Using TB Push Motion-5 Simple Plays

Mazzone Push Motion

Today we are going to talk about incorporating TB push motion into your offense.  I first started seeing a lot of this when DeMarco Murray was at Oklahoma but really have to give credit to Noel Mazzone for making it a staple in my offense.  Although I do not follow Coach Mazzone's system "NZONE" verbatim, i do like a lot of his ideas.  The push motion by the running back is a short quick pre snap motion out of the backfield working wide towards the sideline.

1)Puts immediate stress on width and perimeter of defense
2)Gets athletes in space
3)Makes defense defend 2 back sets, while you quickly motion to 1 back
4)Helps differentiate coverages
5)Allows QB to make post snap decisions which helps tempo

This motion is usually most effective in an up tempo hurry up style offense.  It lends itself to several post snap read plays and constraint plays which help offenses play ultra fast.  The best up tempo teams are the ones who incorporate multiple reads and options for the QB all in a single play call.  We all remember the Ole Miss bowl game a few years back when they went down the field in 5 plays in less than 1:30 and 4 different players touched the ball.  Although that was not using push motion, what it was using was the simplest of up tempo theories which is one play with several options.  Let's face it, anybody can be up tempo and call plays lightning fast but do those plays give the QB enough options with the ball.  You could line up and run toss sweep 5 times straight out of the same formation, and probably snap the ball in under 15 seconds each time.  But is that effective?

20 Personnel 2 Back
So what we are looking at is a 2 back spread set with 20 personnel.  With 2 backs in the backfield you are going to force the defense to defend 2 back runs.  You still have power and isolation type plays.  The defense has to account for all the gaps in the run game if you have 2 back sets.  Now, using push motion you can create width, leverage, and numbers very quickly.  You will essentially be getting into a 3x1 set almost immediately.  You already have twin receivers flanked wide and you are now adding a third receiver that gets out there very quickly with limited time for the defense to adjust.  If you have ever coached defensive football you understand that 3x1 sets usually involve different variations of coverage.  By aligning in 2 back twins and pushing the TB out we will get to a trips set immediately giving the defense short notice to adjust.  Although the coverage structure may not change drastically the defense has to account for the numbers and leverage advantage of the offense.  The movement and adjustment of the defense is the read for the QB alerting him what to do with the football.  You are simply trying to play a game of chess with the defense and ultimately always have the last move.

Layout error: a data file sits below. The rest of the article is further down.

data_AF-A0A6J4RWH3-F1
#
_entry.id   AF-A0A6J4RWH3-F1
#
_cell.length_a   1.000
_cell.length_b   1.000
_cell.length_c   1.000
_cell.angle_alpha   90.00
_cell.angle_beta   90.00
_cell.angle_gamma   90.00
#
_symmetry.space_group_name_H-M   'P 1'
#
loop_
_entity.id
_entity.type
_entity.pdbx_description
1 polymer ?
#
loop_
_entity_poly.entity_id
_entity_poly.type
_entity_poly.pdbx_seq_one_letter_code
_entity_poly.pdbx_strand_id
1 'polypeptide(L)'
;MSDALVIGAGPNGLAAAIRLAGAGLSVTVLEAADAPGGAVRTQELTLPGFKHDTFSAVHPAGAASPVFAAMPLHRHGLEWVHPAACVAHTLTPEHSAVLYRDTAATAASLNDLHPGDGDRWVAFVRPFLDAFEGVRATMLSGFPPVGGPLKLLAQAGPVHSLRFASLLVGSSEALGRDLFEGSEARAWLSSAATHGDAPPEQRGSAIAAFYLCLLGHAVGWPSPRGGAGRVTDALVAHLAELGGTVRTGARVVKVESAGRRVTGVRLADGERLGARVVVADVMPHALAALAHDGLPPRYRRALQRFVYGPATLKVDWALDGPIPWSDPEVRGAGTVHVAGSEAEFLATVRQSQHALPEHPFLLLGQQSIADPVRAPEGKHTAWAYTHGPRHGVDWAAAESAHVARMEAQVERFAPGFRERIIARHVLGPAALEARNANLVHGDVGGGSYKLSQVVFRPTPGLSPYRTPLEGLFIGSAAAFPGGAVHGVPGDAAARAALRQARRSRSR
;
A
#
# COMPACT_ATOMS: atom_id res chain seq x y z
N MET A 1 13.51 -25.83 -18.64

The best thing about it, is the fact you can stay within your base core plays and schemes and not try to recreate the wheel offensively.  What I would like to do today is give you 5 very basic plays you can incorporate using push motion.  They all feed off one another and there is consistency in your teaching.  Many great offensive minds have always said "Don't change your plays, just change the presentation." We are merely giving the defense a slightly different look to run our standard offensive plays.  I hope you enjoy the video and keep PLAYING FAST!!!!

Defending The Flex Bone